Date of Award

12-2013

Level of Access

Open-Access Dissertation

Degree Name

Doctor of Philosophy (PhD)

Department

Food and Nutrition Sciences

Advisor

Dorothy J. Klimis-Zacas

Second Committee Member

Robert A. Lehnhard

Third Committee Member

Adriane A. White

Abstract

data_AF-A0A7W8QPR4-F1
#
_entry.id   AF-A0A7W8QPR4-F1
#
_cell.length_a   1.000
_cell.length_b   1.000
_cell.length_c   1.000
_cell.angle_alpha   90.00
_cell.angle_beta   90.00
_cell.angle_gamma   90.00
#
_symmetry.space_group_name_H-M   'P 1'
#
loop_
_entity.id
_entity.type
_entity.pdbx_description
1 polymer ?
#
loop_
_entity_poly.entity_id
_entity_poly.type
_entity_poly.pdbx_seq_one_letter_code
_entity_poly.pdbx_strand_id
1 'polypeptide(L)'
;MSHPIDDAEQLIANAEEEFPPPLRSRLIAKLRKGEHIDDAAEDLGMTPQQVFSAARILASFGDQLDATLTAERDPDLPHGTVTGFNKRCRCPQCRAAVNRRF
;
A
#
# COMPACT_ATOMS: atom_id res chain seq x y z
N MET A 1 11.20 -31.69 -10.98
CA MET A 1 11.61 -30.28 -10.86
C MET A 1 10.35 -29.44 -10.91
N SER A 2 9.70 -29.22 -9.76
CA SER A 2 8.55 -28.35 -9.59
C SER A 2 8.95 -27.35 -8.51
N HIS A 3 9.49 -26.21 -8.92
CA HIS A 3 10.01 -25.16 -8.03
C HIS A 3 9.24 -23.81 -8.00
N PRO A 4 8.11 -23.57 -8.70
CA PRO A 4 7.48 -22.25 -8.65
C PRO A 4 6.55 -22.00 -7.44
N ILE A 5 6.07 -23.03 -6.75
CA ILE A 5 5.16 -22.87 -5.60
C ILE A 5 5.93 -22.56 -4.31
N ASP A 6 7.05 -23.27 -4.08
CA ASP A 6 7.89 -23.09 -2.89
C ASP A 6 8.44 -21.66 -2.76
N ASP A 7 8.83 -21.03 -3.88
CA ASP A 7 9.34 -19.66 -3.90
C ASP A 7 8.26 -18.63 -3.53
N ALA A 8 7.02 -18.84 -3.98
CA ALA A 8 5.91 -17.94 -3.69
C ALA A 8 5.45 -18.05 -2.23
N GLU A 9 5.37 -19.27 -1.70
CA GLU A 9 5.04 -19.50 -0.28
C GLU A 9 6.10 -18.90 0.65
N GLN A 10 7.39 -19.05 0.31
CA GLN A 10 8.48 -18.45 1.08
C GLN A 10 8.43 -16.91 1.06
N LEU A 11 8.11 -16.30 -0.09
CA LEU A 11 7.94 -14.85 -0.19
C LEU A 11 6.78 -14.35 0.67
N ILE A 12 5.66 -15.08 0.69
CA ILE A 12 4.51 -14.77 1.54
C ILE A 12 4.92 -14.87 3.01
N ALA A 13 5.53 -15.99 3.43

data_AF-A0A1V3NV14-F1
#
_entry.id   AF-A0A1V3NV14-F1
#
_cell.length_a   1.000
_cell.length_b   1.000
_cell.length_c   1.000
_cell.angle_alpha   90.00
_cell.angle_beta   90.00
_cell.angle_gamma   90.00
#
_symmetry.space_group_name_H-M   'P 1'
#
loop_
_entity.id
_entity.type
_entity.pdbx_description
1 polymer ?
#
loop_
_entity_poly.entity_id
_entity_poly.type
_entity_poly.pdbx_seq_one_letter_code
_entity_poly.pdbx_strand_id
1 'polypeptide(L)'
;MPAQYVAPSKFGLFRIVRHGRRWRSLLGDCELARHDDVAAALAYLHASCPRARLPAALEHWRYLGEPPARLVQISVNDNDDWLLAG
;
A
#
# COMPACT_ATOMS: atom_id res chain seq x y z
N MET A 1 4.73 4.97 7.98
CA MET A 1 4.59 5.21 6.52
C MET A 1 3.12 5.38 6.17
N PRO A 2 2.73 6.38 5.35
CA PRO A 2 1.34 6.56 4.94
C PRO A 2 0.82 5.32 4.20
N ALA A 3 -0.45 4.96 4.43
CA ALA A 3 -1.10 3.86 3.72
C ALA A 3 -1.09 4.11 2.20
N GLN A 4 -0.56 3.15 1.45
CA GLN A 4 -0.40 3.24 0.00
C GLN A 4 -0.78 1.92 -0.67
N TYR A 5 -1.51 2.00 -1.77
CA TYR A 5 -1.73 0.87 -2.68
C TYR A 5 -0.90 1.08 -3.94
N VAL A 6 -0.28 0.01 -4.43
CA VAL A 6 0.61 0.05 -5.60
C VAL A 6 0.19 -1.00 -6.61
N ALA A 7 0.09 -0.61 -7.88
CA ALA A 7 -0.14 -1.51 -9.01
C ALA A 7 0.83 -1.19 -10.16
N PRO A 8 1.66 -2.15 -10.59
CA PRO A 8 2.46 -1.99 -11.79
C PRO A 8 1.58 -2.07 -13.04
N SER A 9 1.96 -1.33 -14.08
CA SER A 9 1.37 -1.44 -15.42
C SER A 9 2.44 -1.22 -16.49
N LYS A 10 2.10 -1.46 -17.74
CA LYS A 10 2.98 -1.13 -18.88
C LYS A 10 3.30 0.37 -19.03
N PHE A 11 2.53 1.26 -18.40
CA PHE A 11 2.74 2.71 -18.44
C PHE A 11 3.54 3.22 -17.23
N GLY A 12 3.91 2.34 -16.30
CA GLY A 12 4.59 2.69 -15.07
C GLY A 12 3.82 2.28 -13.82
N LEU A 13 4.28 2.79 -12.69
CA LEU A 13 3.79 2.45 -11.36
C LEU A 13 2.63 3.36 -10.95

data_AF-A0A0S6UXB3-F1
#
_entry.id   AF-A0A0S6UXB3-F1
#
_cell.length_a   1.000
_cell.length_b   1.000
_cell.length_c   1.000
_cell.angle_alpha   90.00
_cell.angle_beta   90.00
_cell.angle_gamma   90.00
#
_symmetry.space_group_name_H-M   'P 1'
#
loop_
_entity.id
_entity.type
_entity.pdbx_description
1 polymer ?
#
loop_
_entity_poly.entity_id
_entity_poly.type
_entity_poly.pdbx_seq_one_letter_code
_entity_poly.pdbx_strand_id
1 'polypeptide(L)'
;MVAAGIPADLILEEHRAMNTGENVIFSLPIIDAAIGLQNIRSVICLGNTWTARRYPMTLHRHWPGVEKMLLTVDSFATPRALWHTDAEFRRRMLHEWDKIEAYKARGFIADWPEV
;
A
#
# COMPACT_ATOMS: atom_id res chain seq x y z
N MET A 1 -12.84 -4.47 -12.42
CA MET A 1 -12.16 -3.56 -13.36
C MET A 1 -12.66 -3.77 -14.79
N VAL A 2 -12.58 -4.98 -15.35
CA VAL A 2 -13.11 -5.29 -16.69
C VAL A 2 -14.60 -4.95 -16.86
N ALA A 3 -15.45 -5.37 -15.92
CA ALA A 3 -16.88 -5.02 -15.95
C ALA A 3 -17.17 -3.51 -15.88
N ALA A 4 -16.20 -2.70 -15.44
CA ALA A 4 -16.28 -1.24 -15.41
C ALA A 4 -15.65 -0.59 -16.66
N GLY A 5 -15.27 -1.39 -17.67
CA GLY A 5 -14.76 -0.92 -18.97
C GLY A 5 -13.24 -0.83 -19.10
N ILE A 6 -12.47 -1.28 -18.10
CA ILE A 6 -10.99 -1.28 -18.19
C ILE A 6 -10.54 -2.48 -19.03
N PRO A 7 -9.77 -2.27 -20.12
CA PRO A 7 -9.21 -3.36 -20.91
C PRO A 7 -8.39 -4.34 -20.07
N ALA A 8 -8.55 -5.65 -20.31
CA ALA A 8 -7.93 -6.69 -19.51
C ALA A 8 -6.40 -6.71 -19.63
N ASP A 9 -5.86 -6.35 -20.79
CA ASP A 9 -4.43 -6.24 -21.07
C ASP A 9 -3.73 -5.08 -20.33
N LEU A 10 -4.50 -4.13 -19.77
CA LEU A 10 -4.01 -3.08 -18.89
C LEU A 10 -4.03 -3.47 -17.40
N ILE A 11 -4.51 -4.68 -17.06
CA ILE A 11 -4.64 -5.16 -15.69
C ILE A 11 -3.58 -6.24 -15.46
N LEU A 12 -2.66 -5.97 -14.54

At all levels of intensity and duration, exercise is known to cause an increase in the generation of reactive oxygen species (ROS). When derivatives of oxygen occur and exist independently with one or more unpaired electrons they are known as “free radicals” (Halliwell and Gutteridge 2007). Since atoms possess electrons that are usually associated in pairs, free radicals have the potential to act negatively in the body. Reactive oxygen species refer to oxygen-centered radicals as well as nonradical but reactive derivatives of oxygen (Halliwell and Gutteridge 2007). When ROS are created in excess, resulting in the disruption of the pro-oxidant/antioxidant balance, the physiological system is said to be in a state of “oxidative stress”. The harmful effects of oxidative stress include inflammation, damage to DNA, decreased ability to replenish muscle glycogen and an increased resistance to insulin (Dokken, Saengsirisuwan et al. 2008).

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